NCPA - National Center for Policy Analysis

Punishment Up, Crime Down In America

October 18, 1999

Serious crime in the United States fell from 1997 to 1998 -- whether measured as the rate of crimes per capita or in absolute terms, according to "Crime and Punishment in America: 1999," a new report from the National Center for Policy Analysis.

According to the report by Morgan O. Reynolds, an economist and senior fellow at the NCPA:

  • The overall rate of serious crime fell to a 25-year low.
  • The murder rate dropped by 8 percent from 1997 and finally slumped to the rates of the late 1960s, even falling below the average murder rate during this entire century.
  • The rates for rape and aggravated assault fell by 5 percent each, for robbery by 11 percent and for burglary by 7 percent.
  • The actual number of murders reported in 1998 was the lowest in more than two decades.

Not by coincidence, the likelihood that a criminal will be punished for a serious crime and the amount of time a criminal is likely to spend in prison are higher today than they have been since the 1970s.

In 1997, the latest year for which prison data are available, the probability of going to prison for murder rose 13 percent from 1996, for rape 1 percent, for robbery 7 percent and for aggravated assault 11 percent; the probability of going to prison for burglary remained the same.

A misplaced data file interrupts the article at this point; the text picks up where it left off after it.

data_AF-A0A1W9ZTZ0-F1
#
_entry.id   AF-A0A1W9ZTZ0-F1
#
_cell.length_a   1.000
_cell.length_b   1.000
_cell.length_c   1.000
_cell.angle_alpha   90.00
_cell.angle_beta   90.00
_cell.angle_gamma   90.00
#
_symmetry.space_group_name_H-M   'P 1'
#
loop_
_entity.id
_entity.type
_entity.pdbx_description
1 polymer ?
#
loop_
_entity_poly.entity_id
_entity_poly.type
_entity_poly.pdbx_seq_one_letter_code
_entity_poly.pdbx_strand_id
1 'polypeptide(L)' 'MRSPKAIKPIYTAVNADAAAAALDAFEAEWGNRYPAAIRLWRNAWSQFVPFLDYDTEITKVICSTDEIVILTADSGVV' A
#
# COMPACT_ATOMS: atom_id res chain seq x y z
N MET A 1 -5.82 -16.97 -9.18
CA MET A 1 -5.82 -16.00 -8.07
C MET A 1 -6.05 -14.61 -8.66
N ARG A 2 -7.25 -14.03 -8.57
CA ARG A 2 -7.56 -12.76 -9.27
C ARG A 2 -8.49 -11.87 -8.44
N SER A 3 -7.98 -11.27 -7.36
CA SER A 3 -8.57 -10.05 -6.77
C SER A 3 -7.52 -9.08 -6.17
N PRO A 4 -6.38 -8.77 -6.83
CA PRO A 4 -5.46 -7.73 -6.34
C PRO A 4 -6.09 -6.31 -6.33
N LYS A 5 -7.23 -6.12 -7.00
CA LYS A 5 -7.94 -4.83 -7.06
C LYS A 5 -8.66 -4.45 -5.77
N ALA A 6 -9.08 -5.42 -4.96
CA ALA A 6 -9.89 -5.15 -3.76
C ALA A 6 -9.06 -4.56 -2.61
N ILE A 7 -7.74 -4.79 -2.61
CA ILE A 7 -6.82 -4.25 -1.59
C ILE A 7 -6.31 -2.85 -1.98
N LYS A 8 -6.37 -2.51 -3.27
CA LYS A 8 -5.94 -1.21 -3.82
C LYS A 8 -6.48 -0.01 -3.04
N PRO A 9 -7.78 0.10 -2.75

The best overall measure of the potential cost to a criminal of committing crimes is "expected punishment." Roughly speaking, expected punishment is the number of days in prison a typical criminal can expect to serve per crime, as determined by the probabilities of being apprehended, prosecuted, convicted and going to prison, and the median months served for each crime.

In 1997 expected punishment continued to increase, rising 20 percent for aggravated assault, 13 percent each for murder and robbery and negligible amounts for rape and burglary compared to 1996.

Source: Morgan O. Reynolds, "Crime and Punishment in America: 1999," NCPA Policy Report No. 229, October 1999, National Center for Policy Analysis, 12655 N. Central Expwy., Suite 720, Dallas, Texas 75251, (972) 386-6272.

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